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PLoS One. 2007 Jun 13;2(6):e514.

Blueprint for a high-performance biomaterial: full-length spider dragline silk genes.

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Department of Biology, University of California Riverside, Riverside, California, United States of America.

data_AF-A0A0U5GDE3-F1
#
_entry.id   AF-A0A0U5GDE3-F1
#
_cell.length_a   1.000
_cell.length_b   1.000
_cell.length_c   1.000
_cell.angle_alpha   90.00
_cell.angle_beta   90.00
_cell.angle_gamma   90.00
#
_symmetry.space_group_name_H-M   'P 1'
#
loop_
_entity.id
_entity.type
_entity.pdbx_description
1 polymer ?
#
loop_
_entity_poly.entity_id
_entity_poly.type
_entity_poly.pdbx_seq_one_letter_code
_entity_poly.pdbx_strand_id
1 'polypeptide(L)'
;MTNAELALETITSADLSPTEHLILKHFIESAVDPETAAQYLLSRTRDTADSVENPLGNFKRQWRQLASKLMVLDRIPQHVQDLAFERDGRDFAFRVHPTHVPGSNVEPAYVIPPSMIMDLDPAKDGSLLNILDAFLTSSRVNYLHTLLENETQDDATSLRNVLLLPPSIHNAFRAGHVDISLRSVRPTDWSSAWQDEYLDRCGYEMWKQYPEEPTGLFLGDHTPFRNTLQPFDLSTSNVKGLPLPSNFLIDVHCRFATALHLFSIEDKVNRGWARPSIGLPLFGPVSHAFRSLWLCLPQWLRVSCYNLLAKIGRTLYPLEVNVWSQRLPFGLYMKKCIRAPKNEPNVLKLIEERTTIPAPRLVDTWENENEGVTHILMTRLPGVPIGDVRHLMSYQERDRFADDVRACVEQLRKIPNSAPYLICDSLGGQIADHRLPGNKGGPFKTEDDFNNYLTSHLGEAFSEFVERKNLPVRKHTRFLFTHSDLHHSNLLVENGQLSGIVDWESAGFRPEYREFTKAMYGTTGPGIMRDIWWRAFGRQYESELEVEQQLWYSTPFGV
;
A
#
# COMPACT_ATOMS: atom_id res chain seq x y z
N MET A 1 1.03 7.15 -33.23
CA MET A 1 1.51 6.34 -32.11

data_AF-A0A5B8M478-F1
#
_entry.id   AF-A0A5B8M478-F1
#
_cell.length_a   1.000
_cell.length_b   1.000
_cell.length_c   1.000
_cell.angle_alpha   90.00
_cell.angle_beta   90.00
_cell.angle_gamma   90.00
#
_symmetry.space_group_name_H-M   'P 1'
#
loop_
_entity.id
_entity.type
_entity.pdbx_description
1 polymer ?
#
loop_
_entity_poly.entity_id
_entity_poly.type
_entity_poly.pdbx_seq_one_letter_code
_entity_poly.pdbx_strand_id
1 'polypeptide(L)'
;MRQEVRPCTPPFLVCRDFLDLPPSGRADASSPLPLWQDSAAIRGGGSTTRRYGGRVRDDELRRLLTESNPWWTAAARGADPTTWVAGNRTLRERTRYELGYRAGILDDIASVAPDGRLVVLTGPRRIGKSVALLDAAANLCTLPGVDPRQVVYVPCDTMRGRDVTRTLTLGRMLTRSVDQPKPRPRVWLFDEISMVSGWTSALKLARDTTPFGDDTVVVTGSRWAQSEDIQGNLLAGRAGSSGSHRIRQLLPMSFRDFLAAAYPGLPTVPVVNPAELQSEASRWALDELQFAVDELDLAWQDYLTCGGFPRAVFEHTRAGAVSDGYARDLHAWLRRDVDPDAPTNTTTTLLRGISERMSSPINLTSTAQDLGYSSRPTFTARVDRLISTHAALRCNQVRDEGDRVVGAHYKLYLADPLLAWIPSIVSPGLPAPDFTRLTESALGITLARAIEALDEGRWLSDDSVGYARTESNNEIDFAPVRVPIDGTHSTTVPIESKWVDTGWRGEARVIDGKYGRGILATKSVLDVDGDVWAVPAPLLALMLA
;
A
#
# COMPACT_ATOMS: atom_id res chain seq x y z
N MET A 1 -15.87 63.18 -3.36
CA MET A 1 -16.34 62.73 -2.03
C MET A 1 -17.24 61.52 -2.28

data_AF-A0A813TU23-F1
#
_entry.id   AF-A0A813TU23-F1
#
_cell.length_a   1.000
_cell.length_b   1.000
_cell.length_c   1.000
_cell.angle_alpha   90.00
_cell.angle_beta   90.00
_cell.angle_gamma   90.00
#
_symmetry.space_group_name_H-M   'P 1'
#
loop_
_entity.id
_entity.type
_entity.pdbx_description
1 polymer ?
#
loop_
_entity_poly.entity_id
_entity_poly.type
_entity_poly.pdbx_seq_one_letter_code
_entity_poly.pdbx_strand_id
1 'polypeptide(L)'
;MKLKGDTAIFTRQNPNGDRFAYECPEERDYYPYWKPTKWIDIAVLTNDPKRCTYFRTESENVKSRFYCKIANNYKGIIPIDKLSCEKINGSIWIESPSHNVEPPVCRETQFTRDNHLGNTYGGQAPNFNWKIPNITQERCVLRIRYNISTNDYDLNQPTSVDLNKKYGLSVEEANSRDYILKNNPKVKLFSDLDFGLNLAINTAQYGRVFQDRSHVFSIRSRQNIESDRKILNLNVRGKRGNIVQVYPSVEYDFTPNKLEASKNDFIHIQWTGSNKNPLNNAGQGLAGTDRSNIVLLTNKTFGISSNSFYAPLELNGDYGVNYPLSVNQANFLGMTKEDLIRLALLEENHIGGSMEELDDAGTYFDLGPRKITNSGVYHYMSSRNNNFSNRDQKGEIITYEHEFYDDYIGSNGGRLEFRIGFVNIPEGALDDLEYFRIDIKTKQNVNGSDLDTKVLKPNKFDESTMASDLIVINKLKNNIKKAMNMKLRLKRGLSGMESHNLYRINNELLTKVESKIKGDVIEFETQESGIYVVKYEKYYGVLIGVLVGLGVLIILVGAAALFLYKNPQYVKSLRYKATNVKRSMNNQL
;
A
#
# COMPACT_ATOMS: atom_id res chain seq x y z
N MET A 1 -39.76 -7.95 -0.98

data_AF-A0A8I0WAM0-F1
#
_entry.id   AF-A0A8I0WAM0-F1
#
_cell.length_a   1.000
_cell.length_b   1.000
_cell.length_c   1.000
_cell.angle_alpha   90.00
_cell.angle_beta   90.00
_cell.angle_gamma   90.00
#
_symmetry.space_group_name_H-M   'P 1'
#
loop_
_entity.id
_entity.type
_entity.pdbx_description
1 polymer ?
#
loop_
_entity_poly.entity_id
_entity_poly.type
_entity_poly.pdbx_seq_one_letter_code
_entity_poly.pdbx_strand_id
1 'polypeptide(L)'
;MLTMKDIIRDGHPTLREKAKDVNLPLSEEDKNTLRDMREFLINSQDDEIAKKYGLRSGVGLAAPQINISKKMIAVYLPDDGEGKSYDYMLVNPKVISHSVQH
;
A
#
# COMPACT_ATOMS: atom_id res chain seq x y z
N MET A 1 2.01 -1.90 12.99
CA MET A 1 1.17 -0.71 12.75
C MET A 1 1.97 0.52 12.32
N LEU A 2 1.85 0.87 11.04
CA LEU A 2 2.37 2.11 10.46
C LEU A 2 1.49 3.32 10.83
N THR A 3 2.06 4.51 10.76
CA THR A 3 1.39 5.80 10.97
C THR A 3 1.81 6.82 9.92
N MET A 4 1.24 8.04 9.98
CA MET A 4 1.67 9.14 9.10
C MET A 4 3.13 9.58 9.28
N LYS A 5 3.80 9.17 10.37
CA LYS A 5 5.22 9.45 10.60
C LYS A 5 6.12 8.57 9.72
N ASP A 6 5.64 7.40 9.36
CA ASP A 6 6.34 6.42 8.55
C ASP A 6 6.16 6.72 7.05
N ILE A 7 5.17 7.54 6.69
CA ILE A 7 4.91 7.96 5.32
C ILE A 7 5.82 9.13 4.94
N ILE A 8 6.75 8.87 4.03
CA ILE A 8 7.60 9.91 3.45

Spider dragline (major ampullate) silk outperforms virtually all other natural and manmade materials in terms of tensile strength and toughness. For this reason, the mass-production of artificial spider silks through transgenic technologies has been a major goal of biomimetics research. Although all known arthropod silk proteins are extremely large (>200 kiloDaltons), recombinant spider silks have been designed from short and incomplete cDNAs, the only available sequences. Here we describe the first full-length spider silk gene sequences and their flanking regions. These genes encode the MaSp1 and MaSp2 proteins that compose the black widow's high-performance dragline silk. Each gene includes a single enormous exon (>9000 base pairs) that translates into a highly repetitive polypeptide. Patterns of variation among sequence repeats at the amino acid and nucleotide levels indicate that the interaction of selection, intergenic recombination, and intragenic recombination governs the evolution of these highly unusual, modular proteins. Phylogenetic footprinting revealed putative regulatory elements in non-coding flanking sequences. Conservation of both upstream and downstream flanking sequences was especially striking between the two paralogous black widow major ampullate silk genes. Because these genes are co-expressed within the same silk gland, there may have been selection for similarity in regulatory regions. Our new data provide complete templates for synthesis of recombinant silk proteins that significantly improve the degree to which artificial silks mimic natural spider dragline fibers.

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